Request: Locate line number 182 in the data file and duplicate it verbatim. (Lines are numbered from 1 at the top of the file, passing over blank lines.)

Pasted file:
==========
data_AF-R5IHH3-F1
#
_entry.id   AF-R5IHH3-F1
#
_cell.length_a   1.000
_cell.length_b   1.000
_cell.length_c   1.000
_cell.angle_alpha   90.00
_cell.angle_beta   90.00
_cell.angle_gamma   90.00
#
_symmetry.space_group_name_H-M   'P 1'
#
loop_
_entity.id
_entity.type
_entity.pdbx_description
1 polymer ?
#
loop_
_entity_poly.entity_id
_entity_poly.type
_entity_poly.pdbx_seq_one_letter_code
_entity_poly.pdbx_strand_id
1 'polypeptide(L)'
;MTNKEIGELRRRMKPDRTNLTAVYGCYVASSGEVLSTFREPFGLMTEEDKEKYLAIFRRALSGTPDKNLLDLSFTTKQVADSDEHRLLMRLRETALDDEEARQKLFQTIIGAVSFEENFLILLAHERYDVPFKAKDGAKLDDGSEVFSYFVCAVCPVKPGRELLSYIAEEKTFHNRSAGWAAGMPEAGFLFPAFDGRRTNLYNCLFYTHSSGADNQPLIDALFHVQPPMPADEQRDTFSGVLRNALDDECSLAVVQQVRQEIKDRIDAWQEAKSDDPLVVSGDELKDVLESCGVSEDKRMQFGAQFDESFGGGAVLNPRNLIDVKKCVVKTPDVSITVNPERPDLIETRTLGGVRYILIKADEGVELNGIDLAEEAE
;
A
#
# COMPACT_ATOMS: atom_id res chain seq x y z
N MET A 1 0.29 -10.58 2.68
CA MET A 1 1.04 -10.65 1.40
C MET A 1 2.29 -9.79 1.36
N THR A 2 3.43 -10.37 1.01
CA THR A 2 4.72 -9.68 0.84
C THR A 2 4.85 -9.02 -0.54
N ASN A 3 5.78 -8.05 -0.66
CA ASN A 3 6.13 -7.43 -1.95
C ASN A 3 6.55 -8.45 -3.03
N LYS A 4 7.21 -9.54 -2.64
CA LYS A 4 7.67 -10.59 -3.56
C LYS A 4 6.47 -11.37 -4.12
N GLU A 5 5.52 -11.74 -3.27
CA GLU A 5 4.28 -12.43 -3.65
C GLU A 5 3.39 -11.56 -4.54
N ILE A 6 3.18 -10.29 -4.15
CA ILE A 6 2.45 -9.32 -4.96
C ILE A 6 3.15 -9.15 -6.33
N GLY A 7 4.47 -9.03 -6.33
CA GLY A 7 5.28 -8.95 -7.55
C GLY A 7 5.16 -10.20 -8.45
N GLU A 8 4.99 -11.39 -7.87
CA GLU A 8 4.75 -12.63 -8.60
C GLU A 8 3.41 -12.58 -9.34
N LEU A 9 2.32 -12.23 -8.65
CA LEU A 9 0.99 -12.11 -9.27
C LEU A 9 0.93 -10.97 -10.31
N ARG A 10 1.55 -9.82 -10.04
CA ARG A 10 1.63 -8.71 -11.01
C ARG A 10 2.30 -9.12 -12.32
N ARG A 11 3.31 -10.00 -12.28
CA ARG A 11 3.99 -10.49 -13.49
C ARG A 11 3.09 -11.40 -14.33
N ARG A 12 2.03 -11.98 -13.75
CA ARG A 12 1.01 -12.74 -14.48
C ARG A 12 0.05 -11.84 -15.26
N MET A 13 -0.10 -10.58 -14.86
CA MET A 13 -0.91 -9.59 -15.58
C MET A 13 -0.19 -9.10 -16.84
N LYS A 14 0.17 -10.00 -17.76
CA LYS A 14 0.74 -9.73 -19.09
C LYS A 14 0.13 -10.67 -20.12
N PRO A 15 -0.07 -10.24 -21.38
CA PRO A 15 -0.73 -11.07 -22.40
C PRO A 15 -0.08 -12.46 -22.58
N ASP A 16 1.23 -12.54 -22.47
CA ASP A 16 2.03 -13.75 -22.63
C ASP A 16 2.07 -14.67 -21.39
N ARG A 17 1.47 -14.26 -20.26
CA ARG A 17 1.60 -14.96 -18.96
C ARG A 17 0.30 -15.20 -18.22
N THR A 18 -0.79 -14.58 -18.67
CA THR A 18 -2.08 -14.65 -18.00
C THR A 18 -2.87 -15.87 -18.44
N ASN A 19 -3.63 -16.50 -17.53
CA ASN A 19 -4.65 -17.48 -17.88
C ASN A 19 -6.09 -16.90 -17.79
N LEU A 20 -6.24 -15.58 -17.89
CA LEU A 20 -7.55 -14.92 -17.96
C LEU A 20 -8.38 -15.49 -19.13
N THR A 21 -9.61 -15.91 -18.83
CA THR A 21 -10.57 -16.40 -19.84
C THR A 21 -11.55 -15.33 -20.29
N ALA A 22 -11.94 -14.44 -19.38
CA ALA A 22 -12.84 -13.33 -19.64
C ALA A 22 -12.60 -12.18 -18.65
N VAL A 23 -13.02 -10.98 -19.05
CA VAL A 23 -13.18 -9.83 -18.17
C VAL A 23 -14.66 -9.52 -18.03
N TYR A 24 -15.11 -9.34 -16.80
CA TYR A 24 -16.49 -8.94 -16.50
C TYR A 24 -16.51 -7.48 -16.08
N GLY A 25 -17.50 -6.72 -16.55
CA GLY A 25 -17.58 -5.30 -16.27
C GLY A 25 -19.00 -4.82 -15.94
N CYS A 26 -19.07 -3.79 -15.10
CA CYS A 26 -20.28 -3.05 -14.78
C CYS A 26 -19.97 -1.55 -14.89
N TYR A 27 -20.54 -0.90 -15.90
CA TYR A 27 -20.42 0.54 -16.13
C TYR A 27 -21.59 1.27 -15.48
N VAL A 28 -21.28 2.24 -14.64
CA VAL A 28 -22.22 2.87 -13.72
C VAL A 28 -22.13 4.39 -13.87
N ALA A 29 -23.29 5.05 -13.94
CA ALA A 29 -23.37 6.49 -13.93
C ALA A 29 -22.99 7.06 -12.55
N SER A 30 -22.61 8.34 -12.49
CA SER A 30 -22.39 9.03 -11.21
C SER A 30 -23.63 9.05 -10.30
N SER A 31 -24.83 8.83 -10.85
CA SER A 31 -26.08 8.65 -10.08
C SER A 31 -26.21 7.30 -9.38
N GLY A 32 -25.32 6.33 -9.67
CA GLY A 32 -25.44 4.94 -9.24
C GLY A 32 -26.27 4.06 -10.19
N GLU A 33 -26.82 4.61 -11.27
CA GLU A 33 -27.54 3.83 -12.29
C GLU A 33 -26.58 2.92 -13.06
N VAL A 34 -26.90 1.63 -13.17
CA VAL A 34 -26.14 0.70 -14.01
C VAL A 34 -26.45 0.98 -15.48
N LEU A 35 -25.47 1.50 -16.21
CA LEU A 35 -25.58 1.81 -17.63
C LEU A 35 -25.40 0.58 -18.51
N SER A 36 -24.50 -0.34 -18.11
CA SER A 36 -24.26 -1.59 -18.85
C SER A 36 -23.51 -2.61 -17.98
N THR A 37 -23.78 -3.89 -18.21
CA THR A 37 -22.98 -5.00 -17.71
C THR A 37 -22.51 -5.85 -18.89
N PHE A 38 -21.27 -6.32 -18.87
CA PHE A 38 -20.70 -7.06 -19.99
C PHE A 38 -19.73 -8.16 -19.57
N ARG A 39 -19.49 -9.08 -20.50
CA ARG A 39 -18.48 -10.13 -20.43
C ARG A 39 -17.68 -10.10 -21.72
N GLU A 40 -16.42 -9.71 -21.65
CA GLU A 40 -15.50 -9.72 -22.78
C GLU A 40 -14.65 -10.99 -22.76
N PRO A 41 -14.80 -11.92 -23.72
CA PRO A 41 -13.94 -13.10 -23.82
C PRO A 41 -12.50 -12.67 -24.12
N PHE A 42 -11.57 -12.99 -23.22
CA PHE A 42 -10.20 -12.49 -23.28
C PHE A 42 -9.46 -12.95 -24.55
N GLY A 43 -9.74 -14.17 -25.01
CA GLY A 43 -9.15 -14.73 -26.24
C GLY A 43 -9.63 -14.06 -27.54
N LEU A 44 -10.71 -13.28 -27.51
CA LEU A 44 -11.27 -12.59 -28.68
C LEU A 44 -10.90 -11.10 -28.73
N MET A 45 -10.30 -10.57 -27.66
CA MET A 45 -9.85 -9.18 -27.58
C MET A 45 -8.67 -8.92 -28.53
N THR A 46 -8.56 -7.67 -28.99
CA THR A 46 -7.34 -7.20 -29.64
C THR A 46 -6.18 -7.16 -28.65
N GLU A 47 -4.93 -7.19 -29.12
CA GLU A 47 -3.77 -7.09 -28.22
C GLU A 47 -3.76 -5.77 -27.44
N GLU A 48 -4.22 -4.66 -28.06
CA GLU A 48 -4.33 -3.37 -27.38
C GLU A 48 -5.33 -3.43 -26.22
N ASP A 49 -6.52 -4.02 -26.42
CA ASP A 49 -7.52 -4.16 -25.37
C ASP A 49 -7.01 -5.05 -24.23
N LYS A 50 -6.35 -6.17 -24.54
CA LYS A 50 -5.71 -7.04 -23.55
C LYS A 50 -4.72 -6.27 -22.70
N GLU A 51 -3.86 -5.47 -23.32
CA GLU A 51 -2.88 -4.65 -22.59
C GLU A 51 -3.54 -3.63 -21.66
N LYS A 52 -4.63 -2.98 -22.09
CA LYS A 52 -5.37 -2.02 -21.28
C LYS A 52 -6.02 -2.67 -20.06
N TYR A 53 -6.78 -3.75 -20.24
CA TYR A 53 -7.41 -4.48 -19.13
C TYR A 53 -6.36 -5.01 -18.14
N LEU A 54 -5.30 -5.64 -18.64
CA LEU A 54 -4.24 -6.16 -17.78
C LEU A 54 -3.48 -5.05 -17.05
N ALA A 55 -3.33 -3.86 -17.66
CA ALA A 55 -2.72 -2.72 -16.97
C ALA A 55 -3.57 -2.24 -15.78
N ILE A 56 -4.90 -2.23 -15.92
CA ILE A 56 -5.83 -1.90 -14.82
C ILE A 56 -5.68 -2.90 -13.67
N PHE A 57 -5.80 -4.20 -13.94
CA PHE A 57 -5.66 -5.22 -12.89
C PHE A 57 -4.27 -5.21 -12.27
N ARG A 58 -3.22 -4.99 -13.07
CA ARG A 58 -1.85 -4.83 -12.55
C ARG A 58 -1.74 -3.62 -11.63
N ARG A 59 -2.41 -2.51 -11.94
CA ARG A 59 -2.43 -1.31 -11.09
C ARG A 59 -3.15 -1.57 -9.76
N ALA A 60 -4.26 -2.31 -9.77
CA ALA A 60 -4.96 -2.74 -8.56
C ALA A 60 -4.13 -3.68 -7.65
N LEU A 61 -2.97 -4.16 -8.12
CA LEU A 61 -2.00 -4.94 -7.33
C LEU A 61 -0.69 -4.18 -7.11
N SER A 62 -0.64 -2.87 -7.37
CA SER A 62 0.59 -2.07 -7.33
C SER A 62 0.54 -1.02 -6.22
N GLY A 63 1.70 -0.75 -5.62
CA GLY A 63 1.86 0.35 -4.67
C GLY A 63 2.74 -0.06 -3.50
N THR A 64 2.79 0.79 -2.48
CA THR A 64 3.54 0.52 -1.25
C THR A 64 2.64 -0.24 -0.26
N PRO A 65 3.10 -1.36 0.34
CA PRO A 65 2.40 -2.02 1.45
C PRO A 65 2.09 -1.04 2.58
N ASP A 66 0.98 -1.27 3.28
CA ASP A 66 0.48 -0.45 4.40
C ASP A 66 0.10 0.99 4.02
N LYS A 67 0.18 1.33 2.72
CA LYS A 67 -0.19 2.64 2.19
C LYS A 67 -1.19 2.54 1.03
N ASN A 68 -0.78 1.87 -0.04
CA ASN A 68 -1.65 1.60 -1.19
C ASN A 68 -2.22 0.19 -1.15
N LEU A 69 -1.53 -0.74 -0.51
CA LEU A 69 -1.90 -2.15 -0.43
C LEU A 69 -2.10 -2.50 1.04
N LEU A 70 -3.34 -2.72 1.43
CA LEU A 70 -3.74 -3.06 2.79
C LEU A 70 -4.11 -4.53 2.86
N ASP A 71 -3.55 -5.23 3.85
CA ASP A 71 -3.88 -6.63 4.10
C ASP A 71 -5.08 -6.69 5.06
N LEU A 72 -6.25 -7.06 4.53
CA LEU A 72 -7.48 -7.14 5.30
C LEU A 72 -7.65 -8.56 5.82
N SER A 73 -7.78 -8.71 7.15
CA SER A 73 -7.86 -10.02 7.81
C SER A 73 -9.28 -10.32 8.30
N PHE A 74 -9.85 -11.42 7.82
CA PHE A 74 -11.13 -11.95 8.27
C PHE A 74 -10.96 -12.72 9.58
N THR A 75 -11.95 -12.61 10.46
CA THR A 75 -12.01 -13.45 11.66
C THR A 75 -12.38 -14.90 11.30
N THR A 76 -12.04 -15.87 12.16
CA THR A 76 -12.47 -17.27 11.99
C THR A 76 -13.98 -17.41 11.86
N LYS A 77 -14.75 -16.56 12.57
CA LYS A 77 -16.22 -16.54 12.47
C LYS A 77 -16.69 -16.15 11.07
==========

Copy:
CA GLU A 51 -2.88 -4.65 -22.59